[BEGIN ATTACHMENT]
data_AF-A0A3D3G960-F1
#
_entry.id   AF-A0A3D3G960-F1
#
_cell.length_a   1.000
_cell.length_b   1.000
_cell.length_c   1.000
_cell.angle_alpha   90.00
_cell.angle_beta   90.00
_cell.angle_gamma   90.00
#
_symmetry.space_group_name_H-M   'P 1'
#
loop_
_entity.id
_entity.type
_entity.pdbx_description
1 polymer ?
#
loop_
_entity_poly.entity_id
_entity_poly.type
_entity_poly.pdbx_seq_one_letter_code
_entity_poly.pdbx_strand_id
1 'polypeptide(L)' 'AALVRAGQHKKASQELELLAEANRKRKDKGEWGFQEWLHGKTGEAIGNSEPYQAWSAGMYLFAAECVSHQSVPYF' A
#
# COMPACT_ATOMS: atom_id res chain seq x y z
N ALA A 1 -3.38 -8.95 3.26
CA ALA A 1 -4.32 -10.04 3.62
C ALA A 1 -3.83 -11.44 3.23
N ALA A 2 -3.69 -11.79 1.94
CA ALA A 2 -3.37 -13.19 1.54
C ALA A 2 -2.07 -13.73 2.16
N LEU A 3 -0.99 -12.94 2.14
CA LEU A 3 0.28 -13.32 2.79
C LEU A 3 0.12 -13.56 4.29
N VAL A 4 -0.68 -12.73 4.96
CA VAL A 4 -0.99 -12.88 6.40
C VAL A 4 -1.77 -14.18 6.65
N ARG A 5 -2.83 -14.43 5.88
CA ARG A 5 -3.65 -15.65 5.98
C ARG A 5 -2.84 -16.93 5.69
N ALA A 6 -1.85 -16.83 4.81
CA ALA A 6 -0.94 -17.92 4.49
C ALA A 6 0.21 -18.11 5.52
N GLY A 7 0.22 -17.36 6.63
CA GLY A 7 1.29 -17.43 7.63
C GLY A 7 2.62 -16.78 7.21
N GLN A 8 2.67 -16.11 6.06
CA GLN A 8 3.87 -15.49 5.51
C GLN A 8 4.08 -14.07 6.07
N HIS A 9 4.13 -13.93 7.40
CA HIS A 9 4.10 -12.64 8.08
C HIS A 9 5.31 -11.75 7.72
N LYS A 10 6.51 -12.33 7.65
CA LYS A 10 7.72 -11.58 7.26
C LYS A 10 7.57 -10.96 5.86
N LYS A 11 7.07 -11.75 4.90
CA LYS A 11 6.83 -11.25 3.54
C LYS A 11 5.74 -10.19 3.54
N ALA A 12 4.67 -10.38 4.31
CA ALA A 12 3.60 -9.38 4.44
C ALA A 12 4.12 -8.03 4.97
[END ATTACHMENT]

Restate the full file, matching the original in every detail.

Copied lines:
data_AF-A0A3D3G960-F1
#
_entry.id   AF-A0A3D3G960-F1
#
_cell.length_a   1.000
_cell.length_b   1.000
_cell.length_c   1.000
_cell.angle_alpha   90.00
_cell.angle_beta   90.00
_cell.angle_gamma   90.00
#
_symmetry.space_group_name_H-M   'P 1'
#
loop_
_entity.id
_entity.type
_entity.pdbx_description
1 polymer ?
#
loop_
_entity_poly.entity_id
_entity_poly.type
_entity_poly.pdbx_seq_one_letter_code
_entity_poly.pdbx_strand_id
1 'polypeptide(L)' 'AALVRAGQHKKASQELELLAEANRKRKDKGEWGFQEWLHGKTGEAIGNSEPYQAWSAGMYLFAAECVSHQSVPYF' A
#
# COMPACT_ATOMS: atom_id res chain seq x y z
N ALA A 1 -3.38 -8.95 3.26
CA ALA A 1 -4.32 -10.04 3.62
C ALA A 1 -3.83 -11.44 3.23
N ALA A 2 -3.69 -11.79 1.94
CA ALA A 2 -3.37 -13.19 1.54
C ALA A 2 -2.07 -13.73 2.16
N LEU A 3 -0.99 -12.94 2.14
CA LEU A 3 0.28 -13.32 2.79
C LEU A 3 0.12 -13.56 4.29
N VAL A 4 -0.68 -12.73 4.96
CA VAL A 4 -0.99 -12.88 6.40
C VAL A 4 -1.77 -14.18 6.65
N ARG A 5 -2.83 -14.43 5.88
CA ARG A 5 -3.65 -15.65 5.98
C ARG A 5 -2.84 -16.93 5.69
N ALA A 6 -1.85 -16.83 4.81
CA ALA A 6 -0.94 -17.92 4.49
C ALA A 6 0.21 -18.11 5.52
N GLY A 7 0.22 -17.36 6.63
CA GLY A 7 1.29 -17.43 7.63
C GLY A 7 2.62 -16.78 7.21
N GLN A 8 2.67 -16.11 6.06
CA GLN A 8 3.87 -15.49 5.51
C GLN A 8 4.08 -14.07 6.07
N HIS A 9 4.13 -13.93 7.40
CA HIS A 9 4.10 -12.64 8.08
C HIS A 9 5.31 -11.75 7.72
N LYS A 10 6.51 -12.33 7.65
CA LYS A 10 7.72 -11.58 7.26
C LYS A 10 7.57 -10.96 5.86
N LYS A 11 7.07 -11.75 4.90
CA LYS A 11 6.83 -11.25 3.54
C LYS A 11 5.74 -10.19 3.54
N ALA A 12 4.67 -10.38 4.31
CA ALA A 12 3.60 -9.38 4.44
C ALA A 12 4.12 -8.03 4.97